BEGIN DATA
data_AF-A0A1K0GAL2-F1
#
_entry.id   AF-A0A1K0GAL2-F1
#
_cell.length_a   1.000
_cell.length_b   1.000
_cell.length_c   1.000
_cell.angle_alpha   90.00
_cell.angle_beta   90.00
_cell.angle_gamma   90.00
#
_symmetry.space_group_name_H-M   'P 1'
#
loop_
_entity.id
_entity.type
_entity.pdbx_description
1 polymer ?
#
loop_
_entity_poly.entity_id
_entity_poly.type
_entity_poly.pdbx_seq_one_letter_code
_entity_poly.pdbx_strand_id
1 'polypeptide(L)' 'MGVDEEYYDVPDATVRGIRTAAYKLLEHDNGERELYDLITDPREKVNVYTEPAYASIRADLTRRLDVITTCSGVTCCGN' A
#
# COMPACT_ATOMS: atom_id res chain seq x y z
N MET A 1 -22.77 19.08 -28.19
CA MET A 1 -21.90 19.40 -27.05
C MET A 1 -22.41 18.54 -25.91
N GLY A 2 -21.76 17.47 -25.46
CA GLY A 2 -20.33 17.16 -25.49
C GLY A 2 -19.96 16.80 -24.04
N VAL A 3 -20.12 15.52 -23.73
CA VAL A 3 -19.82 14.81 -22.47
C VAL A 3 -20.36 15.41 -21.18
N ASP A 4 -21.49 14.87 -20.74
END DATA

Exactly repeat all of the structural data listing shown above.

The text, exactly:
data_AF-A0A1K0GAL2-F1
#
_entry.id   AF-A0A1K0GAL2-F1
#
_cell.length_a   1.000
_cell.length_b   1.000
_cell.length_c   1.000
_cell.angle_alpha   90.00
_cell.angle_beta   90.00
_cell.angle_gamma   90.00
#
_symmetry.space_group_name_H-M   'P 1'
#
loop_
_entity.id
_entity.type
_entity.pdbx_description
1 polymer ?
#
loop_
_entity_poly.entity_id
_entity_poly.type
_entity_poly.pdbx_seq_one_letter_code
_entity_poly.pdbx_strand_id
1 'polypeptide(L)' 'MGVDEEYYDVPDATVRGIRTAAYKLLEHDNGERELYDLITDPREKVNVYTEPAYASIRADLTRRLDVITTCSGVTCCGN' A
#
# COMPACT_ATOMS: atom_id res chain seq x y z
N MET A 1 -22.77 19.08 -28.19
CA MET A 1 -21.90 19.40 -27.05
C MET A 1 -22.41 18.54 -25.91
N GLY A 2 -21.76 17.47 -25.46
CA GLY A 2 -20.33 17.16 -25.49
C GLY A 2 -19.96 16.80 -24.04
N VAL A 3 -20.12 15.52 -23.73
CA VAL A 3 -19.82 14.81 -22.47
C VAL A 3 -20.36 15.41 -21.18
N ASP A 4 -21.49 14.87 -20.74